THE ROLE OF TIER, OWNERSHIP AND SIZE OF COMPANIES IN VALUE CREATION AND CAPTURE
J Blazek, A Belohradsky, Z Holicka (2021)
European Planning Studies, 1-20
This article aims to address two research questions. First, what is the relationship between the basic characteristics of companies engaged in global and regional production networks (such as their tier, ownership, size) and their economic performance. In doing so, we scrutinize the empirical basis for frequent calls to ‘climb the ladder’. Second, we investigate the extent to which the economic performance of companies is related to their differing intensity of engagement into production networks, something largely disregarded in existing studies. The study uses economic indicators derived from a database covering the evolution of 55 Czech aerospace companies over a 14-year period. The methodology is based on descriptive statistics as well as on canonical correlation that helps to investigate multidimensional conditioning of economic performance of companies. The results show not only large variations in the economic performance of companies, but also several counter-intuitive trends. Our analysis consistently yielded the statistically significant finding that lead firms and first-tier suppliers are able to sacrifice short-term profitability and level of value added in order to reach a higher level of value capture. Therefore, the difference between value creation and value capture require careful consideration by researchers as well as by policymakers when comprehending the costs and benefits of functional upgrading.
THE VARIEGATED ROLE OF PROXIMITIES IN ACQUISITIONS BY DOMESTIC AND INTERNATIONAL COMPANIES IN DIFFERENT PHASES OF ECONOMIC CYCLES
V Kveton, A Belohradsky, J Blazek (2020)
Papers in Regional Science
This paper aims at an understanding of acquisition processes in a strongly industrialized and export‐oriented economy in Central Europe. Drawing on a proximity framework and behaviour theory, the paper investigates that the geographical proximity dimension is more influential than the cognitive proximity dimension. At the same time, cognitive proximity matters more for foreign firms investing into the economy than for domestic acquisitions. While the role of cognitive proximity diminished during the economic crisis, geographical proximity keeps its importance throughout the economic cycle. Moreover, cognitive proximity has become more important for acquisitions of large companies and less for SMEs.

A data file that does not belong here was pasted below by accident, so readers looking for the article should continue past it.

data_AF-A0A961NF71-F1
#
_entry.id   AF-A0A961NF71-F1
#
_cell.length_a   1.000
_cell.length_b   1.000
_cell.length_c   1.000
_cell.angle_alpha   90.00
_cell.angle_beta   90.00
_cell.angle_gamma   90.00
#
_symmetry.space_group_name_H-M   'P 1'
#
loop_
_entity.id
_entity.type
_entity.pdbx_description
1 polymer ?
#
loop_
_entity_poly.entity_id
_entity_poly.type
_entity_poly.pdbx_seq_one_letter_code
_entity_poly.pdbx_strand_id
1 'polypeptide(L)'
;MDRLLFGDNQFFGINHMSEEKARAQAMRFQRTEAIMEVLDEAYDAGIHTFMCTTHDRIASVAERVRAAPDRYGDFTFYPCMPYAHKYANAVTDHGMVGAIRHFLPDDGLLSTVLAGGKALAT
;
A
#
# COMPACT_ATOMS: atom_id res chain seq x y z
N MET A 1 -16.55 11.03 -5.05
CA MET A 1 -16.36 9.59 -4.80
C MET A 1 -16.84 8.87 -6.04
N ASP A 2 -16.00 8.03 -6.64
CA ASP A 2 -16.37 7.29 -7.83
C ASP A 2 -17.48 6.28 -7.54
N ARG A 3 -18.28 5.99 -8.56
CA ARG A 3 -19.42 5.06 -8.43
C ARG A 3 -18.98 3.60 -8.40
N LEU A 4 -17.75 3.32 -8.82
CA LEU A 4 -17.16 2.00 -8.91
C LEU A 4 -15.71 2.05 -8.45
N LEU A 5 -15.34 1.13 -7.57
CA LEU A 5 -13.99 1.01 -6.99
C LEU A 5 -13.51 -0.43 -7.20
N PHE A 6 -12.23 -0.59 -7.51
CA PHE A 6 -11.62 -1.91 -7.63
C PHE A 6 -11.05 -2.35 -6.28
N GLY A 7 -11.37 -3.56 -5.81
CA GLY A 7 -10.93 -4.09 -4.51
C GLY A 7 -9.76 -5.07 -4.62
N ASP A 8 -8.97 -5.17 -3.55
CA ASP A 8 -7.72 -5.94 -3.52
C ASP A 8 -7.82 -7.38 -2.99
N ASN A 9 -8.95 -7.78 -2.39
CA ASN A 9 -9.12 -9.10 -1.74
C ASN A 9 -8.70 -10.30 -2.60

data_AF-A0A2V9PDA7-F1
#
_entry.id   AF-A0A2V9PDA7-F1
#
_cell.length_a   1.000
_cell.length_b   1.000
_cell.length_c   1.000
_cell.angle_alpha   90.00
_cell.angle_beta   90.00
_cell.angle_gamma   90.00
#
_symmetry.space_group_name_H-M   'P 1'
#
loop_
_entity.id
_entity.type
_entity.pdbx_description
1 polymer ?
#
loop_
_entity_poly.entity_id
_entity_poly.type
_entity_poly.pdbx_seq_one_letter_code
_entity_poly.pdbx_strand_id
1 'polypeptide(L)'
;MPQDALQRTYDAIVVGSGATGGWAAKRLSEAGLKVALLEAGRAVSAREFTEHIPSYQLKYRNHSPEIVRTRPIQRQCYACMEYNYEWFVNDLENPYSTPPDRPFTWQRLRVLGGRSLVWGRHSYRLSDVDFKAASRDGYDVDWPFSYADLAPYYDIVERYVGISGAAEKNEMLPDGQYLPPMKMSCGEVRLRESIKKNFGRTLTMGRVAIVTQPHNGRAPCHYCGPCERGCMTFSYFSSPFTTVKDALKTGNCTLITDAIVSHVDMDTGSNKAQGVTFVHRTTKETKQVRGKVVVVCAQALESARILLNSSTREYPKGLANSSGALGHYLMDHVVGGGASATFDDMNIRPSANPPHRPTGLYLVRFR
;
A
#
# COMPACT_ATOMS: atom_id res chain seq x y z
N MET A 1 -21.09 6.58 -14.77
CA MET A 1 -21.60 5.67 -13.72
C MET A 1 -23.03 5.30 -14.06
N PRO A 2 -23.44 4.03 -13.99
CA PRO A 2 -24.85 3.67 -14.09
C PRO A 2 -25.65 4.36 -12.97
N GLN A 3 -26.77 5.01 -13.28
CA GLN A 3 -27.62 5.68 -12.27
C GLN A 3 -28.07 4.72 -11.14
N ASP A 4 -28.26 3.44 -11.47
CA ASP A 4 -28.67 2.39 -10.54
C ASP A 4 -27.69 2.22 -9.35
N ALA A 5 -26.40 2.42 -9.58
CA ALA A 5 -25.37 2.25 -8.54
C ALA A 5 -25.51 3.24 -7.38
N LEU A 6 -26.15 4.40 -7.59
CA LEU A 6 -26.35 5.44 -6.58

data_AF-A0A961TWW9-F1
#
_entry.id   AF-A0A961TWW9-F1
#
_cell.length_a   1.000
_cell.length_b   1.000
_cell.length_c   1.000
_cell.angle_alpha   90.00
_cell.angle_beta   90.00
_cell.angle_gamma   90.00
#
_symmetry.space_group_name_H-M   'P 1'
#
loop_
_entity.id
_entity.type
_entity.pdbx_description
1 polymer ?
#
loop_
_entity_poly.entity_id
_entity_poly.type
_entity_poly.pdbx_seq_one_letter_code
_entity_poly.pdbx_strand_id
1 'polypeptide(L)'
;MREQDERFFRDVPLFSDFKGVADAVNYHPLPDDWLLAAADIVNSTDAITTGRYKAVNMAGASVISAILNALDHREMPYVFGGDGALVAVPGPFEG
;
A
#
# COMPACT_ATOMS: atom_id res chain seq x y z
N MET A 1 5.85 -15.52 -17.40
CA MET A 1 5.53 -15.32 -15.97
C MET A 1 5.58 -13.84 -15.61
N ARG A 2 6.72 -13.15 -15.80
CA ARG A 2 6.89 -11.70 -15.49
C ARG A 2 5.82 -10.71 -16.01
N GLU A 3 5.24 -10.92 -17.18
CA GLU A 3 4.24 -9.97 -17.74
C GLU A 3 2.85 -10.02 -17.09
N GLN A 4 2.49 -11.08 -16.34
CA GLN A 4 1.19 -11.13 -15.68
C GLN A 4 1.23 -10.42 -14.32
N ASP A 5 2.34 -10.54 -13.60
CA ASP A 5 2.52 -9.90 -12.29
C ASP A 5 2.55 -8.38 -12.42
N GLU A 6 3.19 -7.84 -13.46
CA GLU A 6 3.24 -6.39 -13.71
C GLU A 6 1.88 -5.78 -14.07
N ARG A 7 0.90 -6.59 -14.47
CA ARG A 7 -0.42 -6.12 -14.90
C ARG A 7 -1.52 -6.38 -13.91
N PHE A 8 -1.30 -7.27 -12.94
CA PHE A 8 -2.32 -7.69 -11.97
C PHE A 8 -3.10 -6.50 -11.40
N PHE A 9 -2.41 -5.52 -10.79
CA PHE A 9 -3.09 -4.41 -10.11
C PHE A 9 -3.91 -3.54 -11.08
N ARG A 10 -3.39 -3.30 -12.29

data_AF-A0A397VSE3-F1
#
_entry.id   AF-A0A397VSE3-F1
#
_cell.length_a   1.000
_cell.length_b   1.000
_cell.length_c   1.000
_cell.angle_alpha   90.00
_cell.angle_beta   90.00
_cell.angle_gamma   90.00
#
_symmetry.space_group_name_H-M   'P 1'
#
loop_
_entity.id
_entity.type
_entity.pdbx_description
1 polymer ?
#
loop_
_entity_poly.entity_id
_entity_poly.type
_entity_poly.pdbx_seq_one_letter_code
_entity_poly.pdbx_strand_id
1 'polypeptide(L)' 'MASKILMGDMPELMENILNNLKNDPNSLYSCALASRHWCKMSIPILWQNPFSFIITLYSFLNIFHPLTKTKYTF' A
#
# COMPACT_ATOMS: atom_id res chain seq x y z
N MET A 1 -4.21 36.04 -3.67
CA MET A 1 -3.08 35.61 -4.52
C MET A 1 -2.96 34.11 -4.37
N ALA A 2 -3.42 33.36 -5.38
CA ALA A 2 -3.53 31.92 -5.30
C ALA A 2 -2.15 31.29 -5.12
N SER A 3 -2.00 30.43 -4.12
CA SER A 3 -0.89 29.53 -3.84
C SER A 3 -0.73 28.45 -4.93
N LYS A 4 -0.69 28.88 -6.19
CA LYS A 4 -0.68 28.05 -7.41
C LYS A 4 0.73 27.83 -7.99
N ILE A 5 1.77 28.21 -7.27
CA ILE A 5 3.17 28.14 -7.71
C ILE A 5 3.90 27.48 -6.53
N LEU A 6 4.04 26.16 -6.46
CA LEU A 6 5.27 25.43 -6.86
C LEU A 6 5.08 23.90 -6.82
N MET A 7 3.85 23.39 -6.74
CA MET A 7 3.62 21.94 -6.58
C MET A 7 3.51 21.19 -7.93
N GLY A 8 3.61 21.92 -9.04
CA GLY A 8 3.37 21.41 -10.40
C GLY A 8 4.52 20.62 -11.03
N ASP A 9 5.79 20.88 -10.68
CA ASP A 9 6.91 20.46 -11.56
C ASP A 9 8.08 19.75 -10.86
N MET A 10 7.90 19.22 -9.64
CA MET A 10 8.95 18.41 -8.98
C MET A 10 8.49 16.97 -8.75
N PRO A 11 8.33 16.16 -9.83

REGIONAL HEALTH INEQUALITIES EXPLAINED: EMPIRICAL EVIDENCE FROM CZECHIA
A Belohradsky, D Glocker (2018)
GEOGRAFIE 124 (4), 365-383
Health outcomes in Central and Eastern Europe have been generally improving over the last two decades. However, in Czechia, similar to other countries, the outcomes vary significantly across the regional dimension. In 2016, life expectancy at birth ranged from between 75.5 to 80 years – across 77 districts. ;is article empirically analyses the determinants of these differences using a wide range of explanatory variables that are available on a district level. Applying factor analysis, our findings indicate that the socio-economic situation within a district is the main driver – explaining a difference of up to four years in life expectancy at birth. Further, controlling for gender specific variables, the results suggest that for men alcohol consumption significantly reduces life expectancy. Both factors capturing the socio-economic situation and alcohol consumption exceed the impact of health care accessibility or environmental causes on life expectancy. ;e results remain robust when using more disaggregated information on 206 administrative districts – per geographic scale.